Andrew Epperson/Mustang News

Administration is discussing increasing tenure faculty to 75 percent in order to promote faculty commitment to Cal Poly.

Though Cal Poly has one of the highest tenure-line, or full-time, faculty out of the California State Universities (CSU), at approximately 50 percent, the hiring of tenure-line faculty has decreased since 2010, according to Faculty Rights Chair for California Faculty Association (CFA) Jere Ramsey.

The CSU recently sent out documents outlining systemwide goals including hiring more tenure-line faculty, according to Associate Vice Provost Albert Liddicoat.

“We want to make sure we have permanent faculty to do all the things the university values and help us with our Learn by Doing education,” Liddicoat said.

According to political science associate professor Matthew Moore, it is not a lecturer’s job to work with students to advise them or help them with their projects, tenure-line faculty are supposed to work closely with students. If Cal Poly values those roles, then it needs as many tenure-line faculty it can afford, Moore said.

According to Ramsey, Cal Poly can afford more tenure-line faculty, but is choosing to save money by hiring lecturers and then spend the rest on administrators.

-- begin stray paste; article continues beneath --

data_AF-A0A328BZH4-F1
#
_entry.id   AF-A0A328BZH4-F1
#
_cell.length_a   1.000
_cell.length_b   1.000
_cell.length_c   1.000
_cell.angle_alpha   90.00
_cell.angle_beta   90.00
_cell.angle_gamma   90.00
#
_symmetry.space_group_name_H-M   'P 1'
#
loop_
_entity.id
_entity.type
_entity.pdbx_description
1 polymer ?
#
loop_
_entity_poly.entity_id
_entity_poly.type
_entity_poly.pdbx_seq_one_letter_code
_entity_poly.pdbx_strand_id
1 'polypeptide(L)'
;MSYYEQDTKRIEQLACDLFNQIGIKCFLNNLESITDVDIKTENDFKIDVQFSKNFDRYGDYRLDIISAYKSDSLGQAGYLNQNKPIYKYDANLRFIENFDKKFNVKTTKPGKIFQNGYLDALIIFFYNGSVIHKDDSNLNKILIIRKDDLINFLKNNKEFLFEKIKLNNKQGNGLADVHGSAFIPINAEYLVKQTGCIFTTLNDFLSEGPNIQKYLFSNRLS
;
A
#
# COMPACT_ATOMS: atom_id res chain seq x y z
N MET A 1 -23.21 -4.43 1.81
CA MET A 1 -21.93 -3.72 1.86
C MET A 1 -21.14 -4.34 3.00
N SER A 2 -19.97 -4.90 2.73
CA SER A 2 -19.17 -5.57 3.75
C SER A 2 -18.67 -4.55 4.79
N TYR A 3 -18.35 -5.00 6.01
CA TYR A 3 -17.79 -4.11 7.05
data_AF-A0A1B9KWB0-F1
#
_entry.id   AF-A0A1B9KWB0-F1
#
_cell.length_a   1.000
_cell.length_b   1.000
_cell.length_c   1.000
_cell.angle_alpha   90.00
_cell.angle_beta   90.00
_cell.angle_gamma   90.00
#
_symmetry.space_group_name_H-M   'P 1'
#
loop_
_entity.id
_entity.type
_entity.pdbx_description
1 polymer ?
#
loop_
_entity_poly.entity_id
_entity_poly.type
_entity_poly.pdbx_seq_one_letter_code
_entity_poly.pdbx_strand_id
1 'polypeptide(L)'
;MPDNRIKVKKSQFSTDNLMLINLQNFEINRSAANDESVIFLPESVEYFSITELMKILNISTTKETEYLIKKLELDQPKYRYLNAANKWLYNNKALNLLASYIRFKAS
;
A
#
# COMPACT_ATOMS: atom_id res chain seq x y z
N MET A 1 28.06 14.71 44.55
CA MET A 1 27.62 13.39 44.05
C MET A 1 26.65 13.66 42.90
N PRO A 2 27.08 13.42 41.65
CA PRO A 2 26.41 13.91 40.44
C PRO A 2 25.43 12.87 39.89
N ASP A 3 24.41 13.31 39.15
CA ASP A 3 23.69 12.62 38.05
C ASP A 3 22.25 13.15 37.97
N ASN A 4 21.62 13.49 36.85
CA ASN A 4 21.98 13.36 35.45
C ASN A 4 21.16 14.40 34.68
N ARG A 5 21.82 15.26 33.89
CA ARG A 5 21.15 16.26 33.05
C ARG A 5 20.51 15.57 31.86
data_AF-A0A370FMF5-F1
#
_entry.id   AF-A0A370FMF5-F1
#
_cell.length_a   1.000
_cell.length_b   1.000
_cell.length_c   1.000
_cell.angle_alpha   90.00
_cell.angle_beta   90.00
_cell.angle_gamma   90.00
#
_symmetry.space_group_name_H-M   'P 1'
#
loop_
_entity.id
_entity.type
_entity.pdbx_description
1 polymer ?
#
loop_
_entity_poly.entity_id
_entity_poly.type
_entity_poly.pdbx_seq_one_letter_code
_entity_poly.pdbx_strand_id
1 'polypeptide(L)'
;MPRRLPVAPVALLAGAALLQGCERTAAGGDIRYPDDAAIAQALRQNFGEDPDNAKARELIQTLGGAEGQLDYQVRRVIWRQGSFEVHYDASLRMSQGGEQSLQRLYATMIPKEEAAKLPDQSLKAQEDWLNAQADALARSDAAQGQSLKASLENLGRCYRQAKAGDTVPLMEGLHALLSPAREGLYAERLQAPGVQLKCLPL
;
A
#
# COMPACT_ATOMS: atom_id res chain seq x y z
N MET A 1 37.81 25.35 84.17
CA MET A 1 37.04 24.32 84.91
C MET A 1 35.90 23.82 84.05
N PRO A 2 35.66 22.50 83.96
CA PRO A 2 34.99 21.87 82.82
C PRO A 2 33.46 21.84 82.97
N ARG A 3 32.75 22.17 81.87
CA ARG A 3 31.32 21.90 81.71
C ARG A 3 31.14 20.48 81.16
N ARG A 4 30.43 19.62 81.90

“What has been going on at Cal Poly is they have been decreasing tenure-line faculty since 2010 because that way they save money which they then spend on administrators,” Ramsey said.

Though CSUs are not getting funding to accomplish the goal of hiring more tenure-line faculty, each campus president is encouraged to take these goals into consideration and decide what’s best for the university, according to Liddicoat. 

College of Liberal Arts Dean Epperson said there’s a lot of reasons to support tenure-line faculty.

“Tenure-line positions are more favorable to faculty generally. Increasing line nationally is a good idea because it creates more desirable positions for faculty to take,” Epperson said.

According to Moore, lecturers do a great job, but at Cal Poly and across the country they are not paid enough for the work they do. If Cal Poly wants there to be future professors, there needs there to be jobs for them, which is one of the reasons to have more tenure-line faculty, according to Moore.

“I retired as a lecturer — this is not an insult to lecturers — but lecturers are in many cases temporary employees and aren’t paid to help with faculty governance on campus,” Ramsey said. “(Tenure-line faculty) can, from their position of job security, they can help govern and stand up to administrators that at risk employees like lecturers cannot do.”

Epperson also said lecturers may take teaching jobs at other schools to piece together a full-time job while tenure-line faculty are hired full-time for the university, which generally makes them more committed to the university.

“The driving reason (to increase tenure-line faculty) is it’s just the right thing to do for our faculty, for our students and for the institution,” Epperson said.

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